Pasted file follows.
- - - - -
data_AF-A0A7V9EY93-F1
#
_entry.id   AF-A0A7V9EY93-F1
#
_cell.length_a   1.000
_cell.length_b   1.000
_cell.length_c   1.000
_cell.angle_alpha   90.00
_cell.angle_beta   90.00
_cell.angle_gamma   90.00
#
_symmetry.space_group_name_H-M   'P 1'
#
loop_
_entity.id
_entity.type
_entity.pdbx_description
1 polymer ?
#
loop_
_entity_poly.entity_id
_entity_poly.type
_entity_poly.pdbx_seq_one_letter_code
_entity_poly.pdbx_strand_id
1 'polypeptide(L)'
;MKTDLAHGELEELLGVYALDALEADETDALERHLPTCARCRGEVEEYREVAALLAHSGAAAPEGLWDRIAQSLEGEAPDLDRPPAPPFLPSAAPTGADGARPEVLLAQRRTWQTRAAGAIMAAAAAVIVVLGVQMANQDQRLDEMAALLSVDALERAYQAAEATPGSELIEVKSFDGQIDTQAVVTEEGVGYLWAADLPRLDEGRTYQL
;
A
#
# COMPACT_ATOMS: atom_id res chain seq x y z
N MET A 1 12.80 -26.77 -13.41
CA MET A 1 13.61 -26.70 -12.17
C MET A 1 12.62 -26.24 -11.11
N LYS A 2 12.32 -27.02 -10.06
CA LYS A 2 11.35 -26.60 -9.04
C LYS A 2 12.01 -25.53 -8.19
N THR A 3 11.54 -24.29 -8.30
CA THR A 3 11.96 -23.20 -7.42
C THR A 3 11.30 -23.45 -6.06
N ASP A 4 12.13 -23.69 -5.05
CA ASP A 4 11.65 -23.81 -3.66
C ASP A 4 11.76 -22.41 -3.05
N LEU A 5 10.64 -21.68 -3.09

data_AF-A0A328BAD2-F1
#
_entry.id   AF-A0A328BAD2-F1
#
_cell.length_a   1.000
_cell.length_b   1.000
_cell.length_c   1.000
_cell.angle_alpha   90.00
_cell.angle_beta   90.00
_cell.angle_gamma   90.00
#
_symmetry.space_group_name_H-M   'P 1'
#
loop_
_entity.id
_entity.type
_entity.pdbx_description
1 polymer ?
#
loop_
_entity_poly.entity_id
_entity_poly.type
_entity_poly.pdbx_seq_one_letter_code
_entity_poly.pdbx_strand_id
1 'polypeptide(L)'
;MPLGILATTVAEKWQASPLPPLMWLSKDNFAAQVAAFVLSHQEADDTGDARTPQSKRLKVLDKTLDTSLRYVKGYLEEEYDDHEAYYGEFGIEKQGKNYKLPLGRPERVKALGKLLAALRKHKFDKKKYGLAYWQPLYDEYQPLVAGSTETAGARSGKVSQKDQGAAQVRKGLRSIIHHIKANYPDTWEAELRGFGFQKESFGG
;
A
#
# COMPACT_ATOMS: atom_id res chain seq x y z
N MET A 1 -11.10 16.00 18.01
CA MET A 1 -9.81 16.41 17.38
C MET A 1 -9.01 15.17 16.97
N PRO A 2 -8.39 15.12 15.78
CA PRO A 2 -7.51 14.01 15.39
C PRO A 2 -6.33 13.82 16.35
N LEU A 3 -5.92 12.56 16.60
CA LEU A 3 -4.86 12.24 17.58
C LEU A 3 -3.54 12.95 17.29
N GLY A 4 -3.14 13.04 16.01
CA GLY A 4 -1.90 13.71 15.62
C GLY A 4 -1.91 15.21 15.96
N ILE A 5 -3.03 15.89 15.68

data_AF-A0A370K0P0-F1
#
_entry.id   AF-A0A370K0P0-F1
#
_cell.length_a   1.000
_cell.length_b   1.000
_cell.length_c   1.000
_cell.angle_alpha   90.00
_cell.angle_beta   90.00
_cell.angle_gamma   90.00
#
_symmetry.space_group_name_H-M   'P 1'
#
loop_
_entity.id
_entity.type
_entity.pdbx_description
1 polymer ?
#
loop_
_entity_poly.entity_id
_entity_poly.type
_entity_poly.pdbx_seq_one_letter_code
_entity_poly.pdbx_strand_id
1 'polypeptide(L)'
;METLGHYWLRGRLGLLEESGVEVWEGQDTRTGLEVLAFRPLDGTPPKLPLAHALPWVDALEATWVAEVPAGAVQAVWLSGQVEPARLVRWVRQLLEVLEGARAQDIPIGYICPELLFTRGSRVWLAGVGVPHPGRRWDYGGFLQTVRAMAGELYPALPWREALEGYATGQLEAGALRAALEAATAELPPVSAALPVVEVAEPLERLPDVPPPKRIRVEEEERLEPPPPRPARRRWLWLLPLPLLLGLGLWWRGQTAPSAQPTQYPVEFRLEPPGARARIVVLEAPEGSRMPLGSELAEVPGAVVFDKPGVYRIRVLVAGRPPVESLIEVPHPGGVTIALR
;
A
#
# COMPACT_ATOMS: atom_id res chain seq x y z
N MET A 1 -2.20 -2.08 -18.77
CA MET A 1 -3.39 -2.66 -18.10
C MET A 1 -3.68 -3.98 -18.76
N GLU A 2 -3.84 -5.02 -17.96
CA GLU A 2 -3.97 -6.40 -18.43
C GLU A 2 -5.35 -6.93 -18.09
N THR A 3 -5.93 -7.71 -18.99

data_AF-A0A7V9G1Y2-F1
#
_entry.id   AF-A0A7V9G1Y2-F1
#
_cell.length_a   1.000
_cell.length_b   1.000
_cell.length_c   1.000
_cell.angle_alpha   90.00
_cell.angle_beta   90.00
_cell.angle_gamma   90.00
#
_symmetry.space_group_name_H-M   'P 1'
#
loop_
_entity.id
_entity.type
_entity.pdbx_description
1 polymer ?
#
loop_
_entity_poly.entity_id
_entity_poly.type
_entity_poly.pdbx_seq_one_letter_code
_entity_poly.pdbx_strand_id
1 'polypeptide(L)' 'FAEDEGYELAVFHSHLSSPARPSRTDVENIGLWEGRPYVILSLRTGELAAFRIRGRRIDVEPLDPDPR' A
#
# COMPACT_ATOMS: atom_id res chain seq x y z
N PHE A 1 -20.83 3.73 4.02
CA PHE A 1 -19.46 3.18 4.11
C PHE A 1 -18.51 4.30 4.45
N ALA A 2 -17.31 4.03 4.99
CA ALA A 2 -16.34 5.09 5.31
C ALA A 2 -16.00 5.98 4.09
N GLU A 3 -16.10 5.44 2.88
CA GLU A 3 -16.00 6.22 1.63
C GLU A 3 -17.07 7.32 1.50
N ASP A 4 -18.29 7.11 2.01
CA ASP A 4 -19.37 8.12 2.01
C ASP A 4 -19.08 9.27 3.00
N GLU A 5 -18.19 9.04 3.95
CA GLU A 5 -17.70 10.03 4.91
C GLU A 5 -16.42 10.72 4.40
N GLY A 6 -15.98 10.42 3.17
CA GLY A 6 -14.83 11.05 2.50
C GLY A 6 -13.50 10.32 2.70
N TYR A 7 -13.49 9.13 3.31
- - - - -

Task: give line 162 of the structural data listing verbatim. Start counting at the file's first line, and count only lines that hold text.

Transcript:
C ASP A 4 -19.08 9.27 3.00